Figure 1. Paleotemperature varia-
tions (after Eddy and Bradley 1991).
Time Before Present (millions of years)
Figure 2. Pleistocene temperature fluc-
tuations (after Folland et al. 1990).
that began 35 million years before present. During the Pliocene, some 25 million years before present, the
temperature oscillated 04C above the present values. Permafrost was probably present at locations that
now have mean temperatures less than 14C but with greatly reduced thickness and quite variable temporal
The Quaternary Period, which includes the Pleistocene (about 1 million years) and the Holocene (present
to about 10,000 years), remains a time of greatly reduced temperatures and massive glaciations. The period
is marked by ice ages of 100,000 to 120,000 years duration, interrupted by interglacials, and with increas-
ingly severe minimum temperatures and temperature drops. We are now in the Holocene interglacial (which
is actually cooler than the previous interglacial, the Sangamon or Eem) and the record would seem to indi-
cate the next significant temperature move should be downward with a new ice age evolving. Figure 2
shows the temperature record (again from isotope analysis) for the past million years or so (Folland et al.
1990). We note graphically the record of at least four or five glacial periods, with the last one ending some
12,000 years ago in North America--the Wisconsin. The temperatures variations from present values swung
from highs of +3C during interglacials to lows of about 10C during the glacial maximums of the last mil-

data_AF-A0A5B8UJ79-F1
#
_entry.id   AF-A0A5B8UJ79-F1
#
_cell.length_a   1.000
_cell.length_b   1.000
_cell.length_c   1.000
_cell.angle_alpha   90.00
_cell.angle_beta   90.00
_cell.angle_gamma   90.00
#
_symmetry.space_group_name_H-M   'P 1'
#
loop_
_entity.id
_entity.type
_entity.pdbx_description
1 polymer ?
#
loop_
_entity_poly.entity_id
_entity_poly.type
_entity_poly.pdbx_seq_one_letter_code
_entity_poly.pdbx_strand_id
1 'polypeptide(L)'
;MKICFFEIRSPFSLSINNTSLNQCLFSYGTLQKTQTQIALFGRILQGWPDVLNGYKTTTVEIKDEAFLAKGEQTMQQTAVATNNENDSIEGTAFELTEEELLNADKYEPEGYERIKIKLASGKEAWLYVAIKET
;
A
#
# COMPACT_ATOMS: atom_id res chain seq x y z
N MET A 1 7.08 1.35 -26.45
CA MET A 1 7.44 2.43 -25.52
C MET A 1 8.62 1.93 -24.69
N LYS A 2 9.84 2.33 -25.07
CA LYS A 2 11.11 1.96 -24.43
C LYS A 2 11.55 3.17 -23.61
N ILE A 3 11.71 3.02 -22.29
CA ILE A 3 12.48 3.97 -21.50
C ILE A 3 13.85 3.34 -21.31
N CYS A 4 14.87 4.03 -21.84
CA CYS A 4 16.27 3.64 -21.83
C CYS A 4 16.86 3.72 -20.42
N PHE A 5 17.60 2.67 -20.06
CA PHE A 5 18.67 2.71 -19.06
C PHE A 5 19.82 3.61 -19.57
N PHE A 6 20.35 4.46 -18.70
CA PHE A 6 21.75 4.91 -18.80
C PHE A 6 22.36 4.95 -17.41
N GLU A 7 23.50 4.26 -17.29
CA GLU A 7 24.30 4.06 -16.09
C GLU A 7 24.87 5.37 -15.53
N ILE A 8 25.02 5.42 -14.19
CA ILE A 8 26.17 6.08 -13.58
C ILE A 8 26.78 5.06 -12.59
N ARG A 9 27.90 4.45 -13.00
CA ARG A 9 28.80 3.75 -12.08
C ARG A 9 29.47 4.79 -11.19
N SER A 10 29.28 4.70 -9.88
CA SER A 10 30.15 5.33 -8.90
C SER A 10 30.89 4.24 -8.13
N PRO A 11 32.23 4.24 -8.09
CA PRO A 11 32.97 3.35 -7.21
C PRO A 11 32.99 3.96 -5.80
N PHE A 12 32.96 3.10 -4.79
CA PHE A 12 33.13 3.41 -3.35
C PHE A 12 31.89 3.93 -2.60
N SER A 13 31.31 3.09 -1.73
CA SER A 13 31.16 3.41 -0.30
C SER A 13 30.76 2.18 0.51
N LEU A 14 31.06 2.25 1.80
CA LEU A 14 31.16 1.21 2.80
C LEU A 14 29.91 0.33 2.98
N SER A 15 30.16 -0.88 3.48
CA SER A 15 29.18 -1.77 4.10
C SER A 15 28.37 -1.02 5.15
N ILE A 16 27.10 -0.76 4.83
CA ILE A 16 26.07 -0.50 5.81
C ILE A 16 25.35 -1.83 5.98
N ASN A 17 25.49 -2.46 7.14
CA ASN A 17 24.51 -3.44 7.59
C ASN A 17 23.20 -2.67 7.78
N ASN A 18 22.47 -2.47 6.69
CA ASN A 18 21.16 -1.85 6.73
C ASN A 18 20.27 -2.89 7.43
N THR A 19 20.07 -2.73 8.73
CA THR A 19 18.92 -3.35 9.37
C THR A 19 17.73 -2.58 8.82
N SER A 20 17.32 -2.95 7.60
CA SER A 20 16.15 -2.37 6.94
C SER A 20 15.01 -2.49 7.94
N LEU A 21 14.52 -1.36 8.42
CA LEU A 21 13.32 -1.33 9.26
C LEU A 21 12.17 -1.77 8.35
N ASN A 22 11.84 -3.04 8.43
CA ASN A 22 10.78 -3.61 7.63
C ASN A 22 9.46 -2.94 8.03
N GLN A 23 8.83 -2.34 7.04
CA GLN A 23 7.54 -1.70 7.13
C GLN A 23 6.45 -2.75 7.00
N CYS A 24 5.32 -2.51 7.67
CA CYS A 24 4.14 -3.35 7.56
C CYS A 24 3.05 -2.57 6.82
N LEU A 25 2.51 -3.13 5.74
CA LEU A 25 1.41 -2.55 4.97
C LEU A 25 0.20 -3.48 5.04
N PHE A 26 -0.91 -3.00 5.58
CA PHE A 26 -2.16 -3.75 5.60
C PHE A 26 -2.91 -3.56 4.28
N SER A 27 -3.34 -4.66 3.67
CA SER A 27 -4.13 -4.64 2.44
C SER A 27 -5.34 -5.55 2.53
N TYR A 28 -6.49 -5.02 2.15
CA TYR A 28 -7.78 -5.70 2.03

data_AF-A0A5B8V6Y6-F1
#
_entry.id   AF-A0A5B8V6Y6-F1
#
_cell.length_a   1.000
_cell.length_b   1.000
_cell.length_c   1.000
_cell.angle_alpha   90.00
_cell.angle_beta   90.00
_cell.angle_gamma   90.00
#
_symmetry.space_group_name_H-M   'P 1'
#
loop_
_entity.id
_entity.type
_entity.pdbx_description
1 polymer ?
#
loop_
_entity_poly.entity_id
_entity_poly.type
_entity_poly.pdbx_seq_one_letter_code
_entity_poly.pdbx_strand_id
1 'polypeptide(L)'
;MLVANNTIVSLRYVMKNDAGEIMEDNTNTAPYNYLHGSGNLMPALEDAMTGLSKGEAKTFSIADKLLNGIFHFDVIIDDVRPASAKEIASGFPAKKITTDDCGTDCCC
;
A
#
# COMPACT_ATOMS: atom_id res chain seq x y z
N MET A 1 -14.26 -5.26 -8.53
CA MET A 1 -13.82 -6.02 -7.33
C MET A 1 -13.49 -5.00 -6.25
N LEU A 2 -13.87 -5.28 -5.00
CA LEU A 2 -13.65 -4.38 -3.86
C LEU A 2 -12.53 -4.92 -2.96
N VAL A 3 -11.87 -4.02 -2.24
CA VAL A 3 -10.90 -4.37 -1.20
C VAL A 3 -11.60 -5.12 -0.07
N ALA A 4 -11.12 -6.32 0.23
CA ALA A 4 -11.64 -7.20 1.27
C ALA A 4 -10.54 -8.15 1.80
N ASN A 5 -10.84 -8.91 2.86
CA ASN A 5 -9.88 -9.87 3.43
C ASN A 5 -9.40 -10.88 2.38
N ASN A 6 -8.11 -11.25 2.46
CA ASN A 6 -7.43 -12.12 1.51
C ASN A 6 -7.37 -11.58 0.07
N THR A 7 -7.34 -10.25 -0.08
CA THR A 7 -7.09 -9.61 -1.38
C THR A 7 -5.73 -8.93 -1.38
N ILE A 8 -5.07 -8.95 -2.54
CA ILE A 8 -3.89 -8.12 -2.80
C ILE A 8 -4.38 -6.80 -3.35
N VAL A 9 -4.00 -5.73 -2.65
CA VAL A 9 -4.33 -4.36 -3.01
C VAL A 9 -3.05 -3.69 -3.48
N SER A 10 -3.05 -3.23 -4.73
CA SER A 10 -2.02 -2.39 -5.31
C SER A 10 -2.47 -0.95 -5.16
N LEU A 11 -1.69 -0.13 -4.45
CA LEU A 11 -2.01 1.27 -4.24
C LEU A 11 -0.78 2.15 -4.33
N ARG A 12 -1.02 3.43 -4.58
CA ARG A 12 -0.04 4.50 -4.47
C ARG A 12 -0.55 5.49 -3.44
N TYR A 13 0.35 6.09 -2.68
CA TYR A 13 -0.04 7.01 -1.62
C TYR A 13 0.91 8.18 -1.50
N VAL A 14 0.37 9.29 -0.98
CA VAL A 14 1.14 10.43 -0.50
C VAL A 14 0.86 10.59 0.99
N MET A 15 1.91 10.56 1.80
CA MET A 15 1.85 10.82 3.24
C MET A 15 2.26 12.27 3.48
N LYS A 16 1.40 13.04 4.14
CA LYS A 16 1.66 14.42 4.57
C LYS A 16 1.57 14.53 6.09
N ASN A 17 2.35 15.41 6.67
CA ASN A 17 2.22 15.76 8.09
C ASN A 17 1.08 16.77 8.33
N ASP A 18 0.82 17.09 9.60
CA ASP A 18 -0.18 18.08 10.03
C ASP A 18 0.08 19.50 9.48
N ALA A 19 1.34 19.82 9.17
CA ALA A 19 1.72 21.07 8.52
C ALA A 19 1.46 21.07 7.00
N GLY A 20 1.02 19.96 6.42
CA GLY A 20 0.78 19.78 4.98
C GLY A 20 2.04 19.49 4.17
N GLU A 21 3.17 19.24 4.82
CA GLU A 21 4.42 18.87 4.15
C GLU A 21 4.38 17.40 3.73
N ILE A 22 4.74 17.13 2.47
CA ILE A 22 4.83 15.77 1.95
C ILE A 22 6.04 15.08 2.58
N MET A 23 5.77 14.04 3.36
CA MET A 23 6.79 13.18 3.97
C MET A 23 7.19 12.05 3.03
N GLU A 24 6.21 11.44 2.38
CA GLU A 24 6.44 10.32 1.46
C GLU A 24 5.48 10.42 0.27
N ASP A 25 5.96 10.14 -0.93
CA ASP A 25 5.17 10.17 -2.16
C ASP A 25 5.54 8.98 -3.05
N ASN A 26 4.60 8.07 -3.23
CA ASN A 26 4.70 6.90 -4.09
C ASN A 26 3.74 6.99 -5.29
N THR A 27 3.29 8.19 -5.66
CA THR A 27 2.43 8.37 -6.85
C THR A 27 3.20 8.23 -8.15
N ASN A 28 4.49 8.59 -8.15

lion years. The overall trends reveal very rapid temperature rises over time spans of approximately 12,000
13,000 years, followed by less rapid temperature drops over 20,000 years, followed by a period of about
100,000 years of gradually decreasing temperatures with interglacial temperature rises of 4C.
The temperature history of the past 160,000 years has been quantified using the deep glacial ice cores
taken in Greenland and Antarctica. Figure 3 shows the temperature variations from present values, for the
time of the last great ice age, taken from the isotope analysis of the Vostok (Antarctic) core (Jouzel et al.
1987). The maximum temperature excess of the past 160,000 years was about 3C and thus only the discon-
tinuous permafrost zones would have been in danger of disappearing, although there was continual change
in the permafrost thickness. If we assume that the temperature variations obtained from the ocean isotope
and ice core analyses are global, then the paleotemperature history at a specific site can be reconstructed us-
ing the present temperature data. This has been done for Prudhoe Bay by Osterkamp and Gosink (1991) as
shown in Figure 4 and for East Siberia by Maximova and Romanovsky (1988) (Fig. 5). Sun and Li (1988)
also presented a quantitative model of temperature fluctuations during the last ice age in northern China
The isotopic data all indicate that the temperature at a given site could have dropped as much as 10 to